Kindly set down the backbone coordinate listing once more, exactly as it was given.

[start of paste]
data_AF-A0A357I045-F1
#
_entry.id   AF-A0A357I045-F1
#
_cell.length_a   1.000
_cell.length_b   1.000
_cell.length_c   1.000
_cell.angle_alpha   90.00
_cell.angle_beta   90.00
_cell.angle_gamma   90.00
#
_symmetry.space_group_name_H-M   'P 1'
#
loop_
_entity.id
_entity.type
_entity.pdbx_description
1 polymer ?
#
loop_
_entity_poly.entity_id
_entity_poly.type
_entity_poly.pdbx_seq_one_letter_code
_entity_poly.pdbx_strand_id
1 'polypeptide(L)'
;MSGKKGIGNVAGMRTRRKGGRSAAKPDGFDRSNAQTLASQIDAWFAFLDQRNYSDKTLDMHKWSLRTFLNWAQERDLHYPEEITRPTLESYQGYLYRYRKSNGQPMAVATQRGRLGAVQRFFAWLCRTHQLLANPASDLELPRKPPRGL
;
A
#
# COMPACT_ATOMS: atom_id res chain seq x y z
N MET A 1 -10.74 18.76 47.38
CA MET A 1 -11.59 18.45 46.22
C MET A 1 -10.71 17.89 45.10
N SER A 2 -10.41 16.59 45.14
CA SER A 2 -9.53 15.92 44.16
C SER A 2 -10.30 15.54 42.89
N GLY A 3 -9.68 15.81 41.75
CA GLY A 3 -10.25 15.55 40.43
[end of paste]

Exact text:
data_AF-A0A357I045-F1
#
_entry.id   AF-A0A357I045-F1
#
_cell.length_a   1.000
_cell.length_b   1.000
_cell.length_c   1.000
_cell.angle_alpha   90.00
_cell.angle_beta   90.00
_cell.angle_gamma   90.00
#
_symmetry.space_group_name_H-M   'P 1'
#
loop_
_entity.id
_entity.type
_entity.pdbx_description
1 polymer ?
#
loop_
_entity_poly.entity_id
_entity_poly.type
_entity_poly.pdbx_seq_one_letter_code
_entity_poly.pdbx_strand_id
1 'polypeptide(L)'
;MSGKKGIGNVAGMRTRRKGGRSAAKPDGFDRSNAQTLASQIDAWFAFLDQRNYSDKTLDMHKWSLRTFLNWAQERDLHYPEEITRPTLESYQGYLYRYRKSNGQPMAVATQRGRLGAVQRFFAWLCRTHQLLANPASDLELPRKPPRGL
;
A
#
# COMPACT_ATOMS: atom_id res chain seq x y z
N MET A 1 -10.74 18.76 47.38
CA MET A 1 -11.59 18.45 46.22
C MET A 1 -10.71 17.89 45.10
N SER A 2 -10.41 16.59 45.14
CA SER A 2 -9.53 15.92 44.16
C SER A 2 -10.30 15.54 42.89
N GLY A 3 -9.68 15.81 41.75
CA GLY A 3 -10.25 15.55 40.43